Written for Scars1 by Michelle Alford
Eliot Ghatan, M.D., FAAD, FRCPC, is a dermatological surgeon and cosmetic surgeon with twenty years of experience. He received his medical degree from Albert Einstein Medical School and completed a dermatology residency at McGill University. He has worked as a dermatological surgeon at Brooklyn Veteran’s Administration Hospital and as attending dermatologist at the Brooklyn Hospital. He currently has a private practice in Brooklyn, New York.
In addition to publishing numerous articles, Dr. Ghatan wrote Dermatological Differential Diagnosis & Pearls, which is used internationally to train medical students in the field of dermatology.
Dr. Ghatan was exposed to medicine from early childhood. “My mother was a nurse and two uncles were physicians,” he told us. “I spent some time in the office when I was actually very young—maybe ten or twelve years old—and I watched my mother taking care of patients. I thought that this was an area that I could help people.”
He chose to specialize in dermatology late in his time at Albert Einstein Medical School. “I hadn’t had great exposure to dermatology until my fourth year. It was an elective that I did in my last semester, and I was amazed by what can be done and the vast extent of the field. As a dermatologist, you see so many different diseases and help so many different populations of people. It’s a field that treats everybody.”
|Dr. Ghatan’s Advice for Patients
- Seek treatment shortly after the appearance of stretch marks.
- Have realistic expectations—Even the best treatments can only decrease, not completely remove, the appearance of stretch marks.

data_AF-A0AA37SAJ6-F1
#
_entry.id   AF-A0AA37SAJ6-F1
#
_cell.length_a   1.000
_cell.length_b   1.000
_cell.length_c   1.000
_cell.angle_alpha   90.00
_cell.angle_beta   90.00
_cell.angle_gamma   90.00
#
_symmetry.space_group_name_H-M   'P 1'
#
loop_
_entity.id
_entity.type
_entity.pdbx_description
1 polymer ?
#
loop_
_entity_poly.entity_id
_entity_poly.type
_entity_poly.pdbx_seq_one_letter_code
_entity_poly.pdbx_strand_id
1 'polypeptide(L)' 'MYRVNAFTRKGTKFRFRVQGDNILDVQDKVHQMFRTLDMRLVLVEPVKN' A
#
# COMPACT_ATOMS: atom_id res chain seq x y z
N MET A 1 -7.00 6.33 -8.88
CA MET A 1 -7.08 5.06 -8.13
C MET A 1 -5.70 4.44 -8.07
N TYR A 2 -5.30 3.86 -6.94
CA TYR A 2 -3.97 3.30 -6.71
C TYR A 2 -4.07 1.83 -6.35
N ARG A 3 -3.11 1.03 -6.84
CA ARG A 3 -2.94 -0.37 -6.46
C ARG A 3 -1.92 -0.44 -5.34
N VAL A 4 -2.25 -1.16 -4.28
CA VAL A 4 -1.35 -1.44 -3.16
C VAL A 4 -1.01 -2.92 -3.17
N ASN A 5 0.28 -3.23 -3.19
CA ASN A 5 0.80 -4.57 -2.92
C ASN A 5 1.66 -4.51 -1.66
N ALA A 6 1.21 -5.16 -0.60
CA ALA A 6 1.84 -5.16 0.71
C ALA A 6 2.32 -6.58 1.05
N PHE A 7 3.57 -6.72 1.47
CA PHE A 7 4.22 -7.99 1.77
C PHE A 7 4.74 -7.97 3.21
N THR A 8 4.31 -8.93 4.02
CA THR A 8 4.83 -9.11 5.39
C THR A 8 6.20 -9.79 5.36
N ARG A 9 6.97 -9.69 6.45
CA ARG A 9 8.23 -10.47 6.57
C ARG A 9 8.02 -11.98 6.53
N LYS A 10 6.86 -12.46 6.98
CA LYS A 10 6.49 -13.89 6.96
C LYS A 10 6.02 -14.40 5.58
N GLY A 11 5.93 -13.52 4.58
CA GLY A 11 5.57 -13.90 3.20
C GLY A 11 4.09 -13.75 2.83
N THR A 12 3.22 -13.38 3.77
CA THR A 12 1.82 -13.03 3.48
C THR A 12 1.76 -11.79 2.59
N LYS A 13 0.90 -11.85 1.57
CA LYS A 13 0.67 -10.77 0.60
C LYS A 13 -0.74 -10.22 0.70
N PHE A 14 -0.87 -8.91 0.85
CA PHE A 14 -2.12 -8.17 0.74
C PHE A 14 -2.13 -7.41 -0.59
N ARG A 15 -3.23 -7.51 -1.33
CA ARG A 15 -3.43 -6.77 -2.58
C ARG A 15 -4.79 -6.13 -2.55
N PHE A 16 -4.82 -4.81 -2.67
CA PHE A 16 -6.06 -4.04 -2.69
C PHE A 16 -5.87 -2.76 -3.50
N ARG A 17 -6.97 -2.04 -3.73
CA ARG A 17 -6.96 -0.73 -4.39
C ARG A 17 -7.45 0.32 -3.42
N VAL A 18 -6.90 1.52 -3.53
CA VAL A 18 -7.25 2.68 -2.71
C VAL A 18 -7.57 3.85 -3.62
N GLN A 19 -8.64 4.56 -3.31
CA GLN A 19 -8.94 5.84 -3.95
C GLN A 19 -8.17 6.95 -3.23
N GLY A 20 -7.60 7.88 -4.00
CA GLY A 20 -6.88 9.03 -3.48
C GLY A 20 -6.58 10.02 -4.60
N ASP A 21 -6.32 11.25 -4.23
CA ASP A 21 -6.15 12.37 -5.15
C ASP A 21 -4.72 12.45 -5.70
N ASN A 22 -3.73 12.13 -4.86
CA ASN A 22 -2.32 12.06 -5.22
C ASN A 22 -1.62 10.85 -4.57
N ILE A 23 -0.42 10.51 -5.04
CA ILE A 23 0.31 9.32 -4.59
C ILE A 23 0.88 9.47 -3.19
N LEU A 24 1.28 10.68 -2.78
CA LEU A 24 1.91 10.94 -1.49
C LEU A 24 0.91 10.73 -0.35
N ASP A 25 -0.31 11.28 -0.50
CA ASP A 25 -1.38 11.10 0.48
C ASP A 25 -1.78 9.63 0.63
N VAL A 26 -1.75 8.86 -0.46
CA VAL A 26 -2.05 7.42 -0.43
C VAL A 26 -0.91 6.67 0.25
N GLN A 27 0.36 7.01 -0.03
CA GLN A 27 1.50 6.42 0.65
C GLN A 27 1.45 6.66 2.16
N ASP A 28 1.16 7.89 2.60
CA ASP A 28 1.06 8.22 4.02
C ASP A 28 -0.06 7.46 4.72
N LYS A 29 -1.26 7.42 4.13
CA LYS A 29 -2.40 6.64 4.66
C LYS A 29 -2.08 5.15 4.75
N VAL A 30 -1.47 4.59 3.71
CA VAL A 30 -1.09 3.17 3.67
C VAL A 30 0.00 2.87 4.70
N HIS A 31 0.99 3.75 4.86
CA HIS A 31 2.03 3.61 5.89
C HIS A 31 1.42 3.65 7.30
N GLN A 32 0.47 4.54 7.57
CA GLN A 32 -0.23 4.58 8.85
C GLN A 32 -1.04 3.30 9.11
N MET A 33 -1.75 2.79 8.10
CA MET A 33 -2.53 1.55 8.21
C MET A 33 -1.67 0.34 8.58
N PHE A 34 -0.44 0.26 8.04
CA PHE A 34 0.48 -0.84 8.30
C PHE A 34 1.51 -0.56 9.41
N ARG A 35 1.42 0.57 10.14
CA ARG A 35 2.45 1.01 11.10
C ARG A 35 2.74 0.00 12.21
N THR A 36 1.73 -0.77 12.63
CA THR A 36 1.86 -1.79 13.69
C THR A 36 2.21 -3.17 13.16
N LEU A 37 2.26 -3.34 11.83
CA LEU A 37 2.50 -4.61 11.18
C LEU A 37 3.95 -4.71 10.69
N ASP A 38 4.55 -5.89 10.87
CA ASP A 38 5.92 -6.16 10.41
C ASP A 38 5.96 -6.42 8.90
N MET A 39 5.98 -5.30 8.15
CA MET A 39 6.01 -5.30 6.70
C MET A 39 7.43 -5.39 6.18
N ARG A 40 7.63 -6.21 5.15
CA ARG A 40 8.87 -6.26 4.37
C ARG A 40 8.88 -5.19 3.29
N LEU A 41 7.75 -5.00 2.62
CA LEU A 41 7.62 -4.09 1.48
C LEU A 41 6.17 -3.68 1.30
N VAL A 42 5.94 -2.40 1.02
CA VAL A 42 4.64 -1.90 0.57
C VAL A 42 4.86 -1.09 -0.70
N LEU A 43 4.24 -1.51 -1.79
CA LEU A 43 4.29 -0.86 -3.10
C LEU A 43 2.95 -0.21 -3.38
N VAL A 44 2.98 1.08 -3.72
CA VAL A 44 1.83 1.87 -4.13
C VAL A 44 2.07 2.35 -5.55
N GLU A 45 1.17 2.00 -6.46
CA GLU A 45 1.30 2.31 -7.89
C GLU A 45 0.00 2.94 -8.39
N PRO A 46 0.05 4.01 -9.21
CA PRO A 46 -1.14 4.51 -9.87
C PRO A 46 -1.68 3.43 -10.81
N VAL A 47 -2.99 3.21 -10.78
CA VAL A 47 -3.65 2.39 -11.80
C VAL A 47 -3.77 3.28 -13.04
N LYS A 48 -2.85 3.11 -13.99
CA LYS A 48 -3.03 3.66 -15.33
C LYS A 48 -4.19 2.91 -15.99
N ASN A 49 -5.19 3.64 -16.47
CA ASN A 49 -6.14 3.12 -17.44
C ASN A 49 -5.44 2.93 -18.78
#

- It may take multiple treatments to see results, so plan for at least five treatments.
- Consider laser surgery. It’s the most expensive treatment, but it has the best results.
He has tested many treatments for stretch marks, but prefers laser surgery. “Laser is the most effective treatment. Microdermabrasion isn’t as successful. Creams don’t do much for you. The effects will be minimal and take longer, if there’s improvement at all.”
But he emphasizes that lasers aren’t perfect either. “I warn my patients that they should not expect that stretch marks will go away completely. The most they can expect is 50% improvement, and that improvement is not something that’s going to happen after one treatment. Often you need at least five treatments. Patients need to understand that this is not something that will happen overnight. The body needs time to produce new collagen and sort of remodel itself.”
He recommends considering treatment shortly after the stretch marks’ appearance. “Seek help earlier rather than later because most likely the results are going to be better. White stretch marks that are older and deeper, after the skin has thinned out, are going to be more difficult to treat and get positive results.”
Treatments have been improving in recent years and he expects they’ll continue to significantly improve in the next few years. “New lasers, like Palomar’s Icon laser, are penetrating deeper and better instigating collagen production. There is always new technology being developed. I expect that soon we’ll seen treatments that get better results faster.”
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